Don’t Miss – New York: Emily Jacir’s ‘dispatch’ at Alexander and Bonin through November 28, 2009

November 23rd, 2009

Stazione Emily Jacir
stazione (Rialto Mercato), Emily Jacir (2008) via Alexander and Bonin

Emily Jacir: Dispatch is the artist’s second solo exhibition shown at Alexander and Bonin Gallery in New York City. The exhibition runs through November 28 and features works from two of Jacir’s most recent projects, Lydda Airport – a short film that takes place at the eponymous location sometime in the mid to late 1930’s. Also to be featured at photographs and the brochure of Jacir’s stazione, which was conceived for the 53rd Venice Biennale, 2009 but never realized due to its unexpected cancellation by Venetian municipal authorities without explanation.

More images, text and related links after the jump…..

Lydda Airport Emily Jacir Alexander Bonin
Still from Lydda Airport, Emily Jacir (2007-2009)  via Alexander and Bonin

In a recent interview with the New York Times, she refused to to answer a question about where she was born. While her place of birth is uncertain, in her work Jacir often address the circumstances the community from which she has descended – Palestine. The two projects in this show are no exception.


stazione, Emily Jacir (2008) exhibition view via Leaves Of Glass

Lydda Airport, now named Ben Gurion Airport, is the largest and busiest international airport in Isreal and was originally built by the British Mandate of Palestine chiefly for military purposes in 1936. Central to the short film’s narrative is Hannibal, one of eight planes which made up the Handley Page fleet, the largest passenger planes in the world at that time. Hannibal mysteriously disappeared in 1940 somewhere over the Gulf of Oman en route to Sharjah.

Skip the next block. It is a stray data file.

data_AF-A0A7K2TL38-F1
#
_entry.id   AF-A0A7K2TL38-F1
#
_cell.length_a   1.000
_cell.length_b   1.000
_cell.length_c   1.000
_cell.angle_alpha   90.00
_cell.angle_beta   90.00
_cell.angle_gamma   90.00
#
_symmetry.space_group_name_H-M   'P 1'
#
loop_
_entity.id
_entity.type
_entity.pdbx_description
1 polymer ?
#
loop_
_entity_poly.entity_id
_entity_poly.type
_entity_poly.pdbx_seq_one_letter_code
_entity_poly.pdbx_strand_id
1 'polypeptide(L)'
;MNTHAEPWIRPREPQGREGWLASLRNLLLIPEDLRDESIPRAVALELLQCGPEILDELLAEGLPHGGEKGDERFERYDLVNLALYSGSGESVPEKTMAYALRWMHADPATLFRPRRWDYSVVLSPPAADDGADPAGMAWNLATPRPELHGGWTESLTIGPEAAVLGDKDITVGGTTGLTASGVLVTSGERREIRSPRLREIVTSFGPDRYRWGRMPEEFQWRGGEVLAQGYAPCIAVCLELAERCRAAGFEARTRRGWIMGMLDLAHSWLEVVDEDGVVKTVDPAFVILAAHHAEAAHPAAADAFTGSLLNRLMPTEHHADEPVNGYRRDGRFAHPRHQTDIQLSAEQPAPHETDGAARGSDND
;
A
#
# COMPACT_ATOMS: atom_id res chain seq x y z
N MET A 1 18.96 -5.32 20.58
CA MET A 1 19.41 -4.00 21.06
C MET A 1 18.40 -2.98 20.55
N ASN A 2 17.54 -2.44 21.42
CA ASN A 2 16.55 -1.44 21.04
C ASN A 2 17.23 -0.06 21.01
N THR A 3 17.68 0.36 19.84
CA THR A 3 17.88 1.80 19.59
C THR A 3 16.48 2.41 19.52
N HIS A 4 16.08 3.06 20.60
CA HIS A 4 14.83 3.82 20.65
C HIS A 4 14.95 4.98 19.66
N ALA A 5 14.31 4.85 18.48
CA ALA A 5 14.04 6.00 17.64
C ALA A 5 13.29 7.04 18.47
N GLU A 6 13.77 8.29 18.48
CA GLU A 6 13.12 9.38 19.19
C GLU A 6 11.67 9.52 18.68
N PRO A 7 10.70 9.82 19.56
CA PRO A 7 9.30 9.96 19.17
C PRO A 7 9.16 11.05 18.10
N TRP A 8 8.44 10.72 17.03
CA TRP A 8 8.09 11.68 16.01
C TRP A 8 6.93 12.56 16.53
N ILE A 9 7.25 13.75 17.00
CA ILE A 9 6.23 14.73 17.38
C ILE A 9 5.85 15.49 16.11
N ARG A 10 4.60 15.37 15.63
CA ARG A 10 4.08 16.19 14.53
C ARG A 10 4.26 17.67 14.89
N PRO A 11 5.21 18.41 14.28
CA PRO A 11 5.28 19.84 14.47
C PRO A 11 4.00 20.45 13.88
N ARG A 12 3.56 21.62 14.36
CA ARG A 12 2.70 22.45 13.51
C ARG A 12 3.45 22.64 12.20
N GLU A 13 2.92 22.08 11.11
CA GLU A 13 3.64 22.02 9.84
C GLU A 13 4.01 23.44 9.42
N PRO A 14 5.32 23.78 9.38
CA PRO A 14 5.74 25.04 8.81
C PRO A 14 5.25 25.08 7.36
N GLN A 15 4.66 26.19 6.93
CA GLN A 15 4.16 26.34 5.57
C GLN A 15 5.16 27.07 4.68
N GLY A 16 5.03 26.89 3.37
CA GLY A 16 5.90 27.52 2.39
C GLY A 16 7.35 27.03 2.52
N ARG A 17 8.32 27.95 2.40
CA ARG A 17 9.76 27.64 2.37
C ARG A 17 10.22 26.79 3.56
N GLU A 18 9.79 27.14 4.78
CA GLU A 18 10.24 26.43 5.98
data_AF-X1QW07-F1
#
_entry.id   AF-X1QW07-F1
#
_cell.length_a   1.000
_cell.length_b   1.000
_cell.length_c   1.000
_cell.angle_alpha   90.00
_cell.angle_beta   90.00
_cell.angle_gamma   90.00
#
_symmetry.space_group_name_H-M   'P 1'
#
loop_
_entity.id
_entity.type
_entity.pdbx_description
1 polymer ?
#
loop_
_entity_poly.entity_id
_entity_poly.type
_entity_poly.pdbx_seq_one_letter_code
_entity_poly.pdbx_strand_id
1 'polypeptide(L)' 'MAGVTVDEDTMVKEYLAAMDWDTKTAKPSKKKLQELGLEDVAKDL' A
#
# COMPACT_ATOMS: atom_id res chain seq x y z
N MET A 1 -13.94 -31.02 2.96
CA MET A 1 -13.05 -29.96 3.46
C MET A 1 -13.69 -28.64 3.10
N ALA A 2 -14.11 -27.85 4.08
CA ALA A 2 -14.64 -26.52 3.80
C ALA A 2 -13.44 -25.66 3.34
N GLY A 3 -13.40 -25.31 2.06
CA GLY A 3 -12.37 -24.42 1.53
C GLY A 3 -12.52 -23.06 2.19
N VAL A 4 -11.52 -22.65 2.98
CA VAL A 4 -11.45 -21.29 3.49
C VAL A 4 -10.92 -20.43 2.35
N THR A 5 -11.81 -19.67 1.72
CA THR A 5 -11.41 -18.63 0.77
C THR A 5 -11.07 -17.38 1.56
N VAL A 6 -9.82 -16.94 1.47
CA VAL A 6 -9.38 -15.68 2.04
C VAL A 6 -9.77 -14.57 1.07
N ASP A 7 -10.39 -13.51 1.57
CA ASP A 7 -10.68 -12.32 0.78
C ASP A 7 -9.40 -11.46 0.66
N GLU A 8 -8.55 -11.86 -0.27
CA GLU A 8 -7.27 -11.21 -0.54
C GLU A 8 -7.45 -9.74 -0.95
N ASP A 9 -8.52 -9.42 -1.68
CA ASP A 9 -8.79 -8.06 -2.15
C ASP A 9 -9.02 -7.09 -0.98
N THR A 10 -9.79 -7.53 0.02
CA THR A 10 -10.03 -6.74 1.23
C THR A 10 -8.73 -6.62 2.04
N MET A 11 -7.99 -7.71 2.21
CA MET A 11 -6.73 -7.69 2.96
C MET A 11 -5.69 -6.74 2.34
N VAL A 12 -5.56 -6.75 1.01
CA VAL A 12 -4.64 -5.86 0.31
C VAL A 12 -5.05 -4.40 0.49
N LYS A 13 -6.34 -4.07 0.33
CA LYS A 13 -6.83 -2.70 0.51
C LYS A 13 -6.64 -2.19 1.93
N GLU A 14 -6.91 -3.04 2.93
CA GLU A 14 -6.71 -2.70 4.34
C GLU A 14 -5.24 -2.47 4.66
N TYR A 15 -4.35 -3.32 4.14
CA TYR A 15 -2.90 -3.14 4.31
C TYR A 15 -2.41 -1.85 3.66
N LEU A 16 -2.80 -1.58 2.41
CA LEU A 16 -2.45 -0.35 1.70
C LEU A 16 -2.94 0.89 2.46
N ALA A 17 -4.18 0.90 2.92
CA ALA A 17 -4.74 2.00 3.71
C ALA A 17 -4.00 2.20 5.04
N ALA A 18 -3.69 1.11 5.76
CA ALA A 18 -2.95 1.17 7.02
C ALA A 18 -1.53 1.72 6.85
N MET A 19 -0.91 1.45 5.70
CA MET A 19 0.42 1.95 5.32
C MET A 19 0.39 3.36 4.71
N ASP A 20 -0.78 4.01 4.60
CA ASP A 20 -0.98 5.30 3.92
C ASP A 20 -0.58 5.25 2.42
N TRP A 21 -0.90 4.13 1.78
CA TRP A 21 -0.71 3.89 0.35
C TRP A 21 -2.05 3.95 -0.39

Lydda Airport Emily Jacir
Lydda Airport, Emily Jacir (2007-2009) via Alexander and Bonin

The film was also inspired by Edmond Tamari, a transport company employee from Jaffa, who received a communication that he should take a bouquet of flowers to Lydda Airport and wait for the arrival of Amelia Earhart in order to welcome her to Palestine. She never arrived.

Representing the Palestinian Pavilion at the Venice Biennale in 2009, stazione, was to have been situated on each of the 24 vaporetti stops along route #1 of the water bus route in Venice which ferrys audiences from one Biennale exhibition to another. Jacir translated the names of each station into Arabic and planned to place the Arabic translations on all the stops next to their Italian counterparts thereby creating a bilingual transportation route through the city. The Arabic inscriptions were meant to place each floating platform in direct dialogue with the surrounding architecture and urban design, thereby linking them with various elements of Venice’s shared heritage with the Arab world.


Still from Lydda Airport, Emily Jacir (2007-2009) via Alexander and Bonin

Related links:
Alexander and Bonin Hompage
Dispatch by Emily Jacir [Leaves of Glass]
Art in Review, Emily Jacir: Dispatch[NY Times]